Because of the “pretend to go abroad” trend that’s hot right now, I went through the photo albums on my phone, trying to recollect the things that I have done during the many overseas trips that I have taken in the past.
Actually, this cannot be counted as pretending to go abroad because I did go overseas. It’s just that my itinerary was packed at times and I was so busy that I didn’t have the opportunity to stop and admire the people and things in those places. But even if I did travel, I seem to have no memories of those journeys whatsoever — I have no recollection of many of the photos. It seems as if real and fake travel are the same — both are quite meaningless.
I know that one’s connection with something — whether people or scenery — is sometimes deep and sometimes shallow; sometimes long, and other times short.
Because I was in such a rush, I could only take cursory glances at the scenes around me, and there wasn’t much difference between the real and the fake. Thanks to the pandemic though, I can stay at home in peace and spend my time digging up each and every image from my many years of travelling. Some I have a deep impression of. Others are just a blur.
Yet, even if some memories are deeper than others, it doesn’t mean that I was more attentive during a certain trip or less so on another one. I know that one’s connection with something — whether people or scenery — is sometimes deep and sometimes shallow; sometimes long, and other times short. An encounter may be brief but leave a deep impression and often pop up in your mind. Or what you see everyday can become just a blur and something you remember nothing of.
Because it was so clean, pristine and as pure as the driven snow, and because it bloomed apart from other flowers in a corner, when we encountered each other, it felt like a long-awaited reunion.
But I have a deep impression of the clean and pure Chinese snowball flower. I saw it on 3 July 2017 at the Asahikawa Park in Japan's Hokkaido. Flowers were blooming everywhere in the park and I couldn’t distinguish one from the other. Because I was greedy and wanted to take in as much as I could, everything became a blur.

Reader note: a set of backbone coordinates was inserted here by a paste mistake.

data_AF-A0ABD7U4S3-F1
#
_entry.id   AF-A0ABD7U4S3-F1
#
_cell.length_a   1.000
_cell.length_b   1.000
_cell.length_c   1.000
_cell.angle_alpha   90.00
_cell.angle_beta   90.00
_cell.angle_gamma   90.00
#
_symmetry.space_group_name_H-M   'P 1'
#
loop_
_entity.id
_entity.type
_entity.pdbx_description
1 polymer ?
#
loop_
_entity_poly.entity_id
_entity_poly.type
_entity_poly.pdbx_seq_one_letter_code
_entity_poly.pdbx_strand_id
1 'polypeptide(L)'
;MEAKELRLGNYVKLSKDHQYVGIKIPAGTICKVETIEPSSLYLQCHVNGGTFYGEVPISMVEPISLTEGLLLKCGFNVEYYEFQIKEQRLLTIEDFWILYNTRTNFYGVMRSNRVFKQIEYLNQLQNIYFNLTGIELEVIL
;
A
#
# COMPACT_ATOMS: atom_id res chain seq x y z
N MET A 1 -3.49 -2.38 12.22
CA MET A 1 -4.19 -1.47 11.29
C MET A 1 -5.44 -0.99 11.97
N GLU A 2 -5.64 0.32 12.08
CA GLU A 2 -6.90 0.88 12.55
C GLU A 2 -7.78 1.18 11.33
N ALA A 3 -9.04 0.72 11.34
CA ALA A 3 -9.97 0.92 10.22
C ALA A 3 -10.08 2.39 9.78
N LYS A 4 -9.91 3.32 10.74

But as I sat down to take a break, I decided to stop looking at anything. Right beside me was this lone Chinese snowball flower blooming in a corner, on its own. Because it was so clean, pristine and as pure as the driven snow, and because it bloomed apart from other flowers in a corner, when we encountered each other, it felt like a long-awaited reunion.
In the information age, technology has helped bolster fraud and forgery. Master’s theses and doctoral dissertations, for one, can be forged. I once clicked on a video from a mainland Chinese platform and was shocked to find a pirated and fake version of a speech I gave: it was pieced together from left, right, and centre to the point where I couldn’t even recognise it myself. How are people to discern the genuine from the fake? A copyright lawyer went to the relevant authorities to ask for more information and was told that they processed 2,000 of such cases everyday.
Not knowing to laugh or cry, I was reminded of a verse in the Diamond Sutra: “They who saw me by form, and they who heard me by sound, they engaged in false endeavours, will not see me.”* In an era where the real can’t be told apart from the fake, names like “Hokkaido” and “Asahikawa” all seem virtual and surreal — sightseeing has robbed these place names of any specific meaning.
In times like these, a pure Chinese snowball flower tucked away in my memory seems all the more precious.
*translated by Max Müller from Sanskrit to English at vincentpoon.com